IF THE therapy situation hadn't been independently thought of, studio drama would have had to invent it. What could be more 'effective' - or cost-effective - than a nice two-hander with a neat built-in structure (patient gradually helped to burst through emotional block), a bravura acting opportunity (as patient works his / her painful way back to traumatic, life-shaping childhood experience), and the possibility of a little transference, not to say love, between patient and therapist?
Almost exactly a year ago, The Bush presented just such a drama, Maureen O'Brien's The Cutting, in which a young woman, imprisoned for murdering her mother and self-immured in impenetrable silence, was freed from her prison-within-a-prison by sessions with a child psychiatrist. Now, at the same theatre, we have Richard Cameron's Not Fade Away, another two-hander, the difference being that here the patient, a successful young career woman called Frances (Kelly Hunter), is a case of multiple personality, a condition deriving (you gather early on) from sexual violation by her grandfather when she was a little girl. She has since blanked out her emotional life, convinced only that she was and is bad and is now paying for it.
The internal selves (heard in Hunter's voice-overs) are ghostly, knowing children, whose interventions can be unnerving ('I've been out with a girl all night, smell my finger,' they chant); but the psychiatrist (Neal Swettenham) tells her that she has to let these trapped creatures out to give her what they can. That old psychological chestnut 'You must learn to love yourself' would have to be couched, in this case, in the plural.
'Will we get back one day the echo on the wind of all we have done to one another?': what, more specifically, men have done to women is an abiding preoccupation in Cameron's work. His Can't Stand Up for Falling Down, for example, scored for an (unwitting) trio of female voices, gave three different perspectives on how one man's violence had destroyed the lives around him. Just occasionally, in this new play, the discrepancy between the realistic settings and the poetic aspiration of some of the lines (like the one above) makes you feel, a little uncomfortably, that female suffering would be better expressed if the writing were less consciously fine. Otherwise, there is no reason to doubt that Cameron's concern is real. The main problem with the piece is that, while posing as a two-hander, it feels for long stretches like a solo tour de force for the impressive Hunter, the psychiatrist's role reduced to the most invisible of prompters, attention flitting every now and then to Frances alone at home or giving dramatic renditions of pop songs in a karaoke bar.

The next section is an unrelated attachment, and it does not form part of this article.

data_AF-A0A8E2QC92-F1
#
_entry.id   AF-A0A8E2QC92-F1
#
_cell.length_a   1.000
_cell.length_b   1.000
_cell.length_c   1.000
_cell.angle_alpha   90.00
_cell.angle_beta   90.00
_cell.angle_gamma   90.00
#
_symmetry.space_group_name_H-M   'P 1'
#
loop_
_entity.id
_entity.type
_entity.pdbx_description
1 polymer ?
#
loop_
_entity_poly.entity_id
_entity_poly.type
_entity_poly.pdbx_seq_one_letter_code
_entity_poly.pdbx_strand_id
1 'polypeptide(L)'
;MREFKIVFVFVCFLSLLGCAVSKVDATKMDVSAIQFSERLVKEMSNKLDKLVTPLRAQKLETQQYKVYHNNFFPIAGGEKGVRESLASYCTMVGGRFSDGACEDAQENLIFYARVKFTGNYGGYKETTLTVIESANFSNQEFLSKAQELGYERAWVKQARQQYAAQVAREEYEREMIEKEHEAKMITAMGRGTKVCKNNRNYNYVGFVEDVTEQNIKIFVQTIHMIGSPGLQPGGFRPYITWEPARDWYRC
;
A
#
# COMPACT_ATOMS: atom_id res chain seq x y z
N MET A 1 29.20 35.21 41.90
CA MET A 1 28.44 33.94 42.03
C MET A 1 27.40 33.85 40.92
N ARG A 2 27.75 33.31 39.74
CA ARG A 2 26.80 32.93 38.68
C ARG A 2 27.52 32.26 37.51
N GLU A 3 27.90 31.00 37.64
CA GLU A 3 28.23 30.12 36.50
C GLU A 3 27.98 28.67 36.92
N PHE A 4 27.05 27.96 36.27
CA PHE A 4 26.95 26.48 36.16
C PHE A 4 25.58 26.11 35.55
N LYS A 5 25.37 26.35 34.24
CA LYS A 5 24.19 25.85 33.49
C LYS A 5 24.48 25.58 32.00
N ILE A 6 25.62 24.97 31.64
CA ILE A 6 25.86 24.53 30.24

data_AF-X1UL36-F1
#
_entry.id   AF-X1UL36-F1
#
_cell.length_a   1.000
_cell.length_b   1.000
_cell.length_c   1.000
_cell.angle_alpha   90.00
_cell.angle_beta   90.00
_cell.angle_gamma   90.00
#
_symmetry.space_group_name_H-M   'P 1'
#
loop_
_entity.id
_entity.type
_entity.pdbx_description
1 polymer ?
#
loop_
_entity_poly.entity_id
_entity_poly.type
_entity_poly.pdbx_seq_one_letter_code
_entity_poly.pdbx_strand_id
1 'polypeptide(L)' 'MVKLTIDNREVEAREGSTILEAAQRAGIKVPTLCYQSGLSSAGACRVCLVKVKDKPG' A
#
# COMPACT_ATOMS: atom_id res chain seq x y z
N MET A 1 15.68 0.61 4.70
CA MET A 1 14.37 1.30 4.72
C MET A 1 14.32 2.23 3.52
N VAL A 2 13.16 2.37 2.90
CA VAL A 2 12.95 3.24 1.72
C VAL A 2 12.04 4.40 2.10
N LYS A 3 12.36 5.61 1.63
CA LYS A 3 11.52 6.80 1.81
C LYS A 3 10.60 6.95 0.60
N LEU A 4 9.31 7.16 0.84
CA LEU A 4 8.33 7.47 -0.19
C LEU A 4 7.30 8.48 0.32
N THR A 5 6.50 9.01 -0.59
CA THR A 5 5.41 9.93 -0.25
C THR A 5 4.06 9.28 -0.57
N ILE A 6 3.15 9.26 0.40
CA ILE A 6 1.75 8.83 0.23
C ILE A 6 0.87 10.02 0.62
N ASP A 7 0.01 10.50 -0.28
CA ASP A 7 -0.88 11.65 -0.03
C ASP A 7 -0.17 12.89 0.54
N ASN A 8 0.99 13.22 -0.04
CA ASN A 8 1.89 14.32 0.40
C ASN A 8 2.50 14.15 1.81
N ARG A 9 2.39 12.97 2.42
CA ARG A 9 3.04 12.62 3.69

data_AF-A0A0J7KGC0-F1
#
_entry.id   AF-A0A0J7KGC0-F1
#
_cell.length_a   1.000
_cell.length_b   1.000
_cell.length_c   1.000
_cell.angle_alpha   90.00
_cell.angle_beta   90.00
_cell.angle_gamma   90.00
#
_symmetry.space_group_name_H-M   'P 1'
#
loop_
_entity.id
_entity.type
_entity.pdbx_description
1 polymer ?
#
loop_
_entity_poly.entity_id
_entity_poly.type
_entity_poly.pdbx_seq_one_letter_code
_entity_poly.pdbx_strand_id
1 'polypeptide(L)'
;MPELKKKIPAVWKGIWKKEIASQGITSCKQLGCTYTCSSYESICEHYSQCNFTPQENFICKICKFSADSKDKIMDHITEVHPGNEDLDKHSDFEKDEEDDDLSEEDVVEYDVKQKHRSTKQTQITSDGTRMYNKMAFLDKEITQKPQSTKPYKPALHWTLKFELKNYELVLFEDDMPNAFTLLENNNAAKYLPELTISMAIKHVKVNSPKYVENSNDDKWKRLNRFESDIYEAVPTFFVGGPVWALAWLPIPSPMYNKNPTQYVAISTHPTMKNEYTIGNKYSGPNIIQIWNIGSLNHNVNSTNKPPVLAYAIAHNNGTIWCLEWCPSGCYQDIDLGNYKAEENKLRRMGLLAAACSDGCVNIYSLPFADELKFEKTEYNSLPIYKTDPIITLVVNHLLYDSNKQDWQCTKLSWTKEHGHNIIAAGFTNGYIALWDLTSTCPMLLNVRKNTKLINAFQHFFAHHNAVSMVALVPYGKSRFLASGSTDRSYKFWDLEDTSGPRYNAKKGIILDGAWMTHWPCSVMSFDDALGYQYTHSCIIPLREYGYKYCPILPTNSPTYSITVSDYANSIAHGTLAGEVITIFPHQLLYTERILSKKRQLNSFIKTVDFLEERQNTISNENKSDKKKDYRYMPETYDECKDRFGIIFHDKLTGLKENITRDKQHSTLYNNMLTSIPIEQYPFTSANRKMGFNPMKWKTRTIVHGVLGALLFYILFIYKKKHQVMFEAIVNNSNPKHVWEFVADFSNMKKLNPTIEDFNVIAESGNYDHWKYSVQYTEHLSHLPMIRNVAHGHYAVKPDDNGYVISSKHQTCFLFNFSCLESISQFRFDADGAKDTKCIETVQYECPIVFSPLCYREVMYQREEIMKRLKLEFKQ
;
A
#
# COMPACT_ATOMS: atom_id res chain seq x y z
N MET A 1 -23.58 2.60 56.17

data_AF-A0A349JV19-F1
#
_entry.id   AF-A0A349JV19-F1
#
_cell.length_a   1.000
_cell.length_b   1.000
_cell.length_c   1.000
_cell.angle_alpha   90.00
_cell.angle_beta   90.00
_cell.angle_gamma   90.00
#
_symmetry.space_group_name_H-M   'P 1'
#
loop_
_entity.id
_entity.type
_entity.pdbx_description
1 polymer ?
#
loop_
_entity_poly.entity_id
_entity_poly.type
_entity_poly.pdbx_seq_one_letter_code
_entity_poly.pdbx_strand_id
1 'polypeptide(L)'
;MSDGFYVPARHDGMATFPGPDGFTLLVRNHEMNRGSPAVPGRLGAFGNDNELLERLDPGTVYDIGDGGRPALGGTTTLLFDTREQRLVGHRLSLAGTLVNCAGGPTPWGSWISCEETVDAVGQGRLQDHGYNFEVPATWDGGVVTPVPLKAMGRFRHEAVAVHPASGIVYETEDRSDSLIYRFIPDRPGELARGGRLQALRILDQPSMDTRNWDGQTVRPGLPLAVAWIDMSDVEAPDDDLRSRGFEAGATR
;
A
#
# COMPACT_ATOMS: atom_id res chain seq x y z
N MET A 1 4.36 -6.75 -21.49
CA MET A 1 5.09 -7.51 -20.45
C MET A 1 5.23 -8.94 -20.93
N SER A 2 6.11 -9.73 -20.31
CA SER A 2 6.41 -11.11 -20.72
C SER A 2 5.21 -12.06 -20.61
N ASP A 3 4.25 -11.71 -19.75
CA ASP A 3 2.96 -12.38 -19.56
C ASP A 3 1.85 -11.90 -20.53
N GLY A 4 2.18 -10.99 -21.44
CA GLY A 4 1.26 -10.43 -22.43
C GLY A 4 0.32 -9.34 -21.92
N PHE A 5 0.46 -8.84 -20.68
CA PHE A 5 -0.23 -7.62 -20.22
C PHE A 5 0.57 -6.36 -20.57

This shifting of focus is a problem for Simon Usher's production, but the lack of chemistry between patient and counsellor would matter less if it weren't for the cutesy final scene on which all the little selves (Rose, Sherbet, Catcher and Sundance) come to say goodbye to him. The others snigger and tease as it becomes clear that Sundance fancies him. But the possibility of romance for her and for Frances springs from nowhere and the drama may, at this point, remind you of something footling like On A Clear Day (where a shrink falls in love with a girl's previous incarnation, reached through hypnosis), rather than of what it is: a serious-minded play about love and identity.
Continues at the Bush Theatre, London W12 (081-743 3388).
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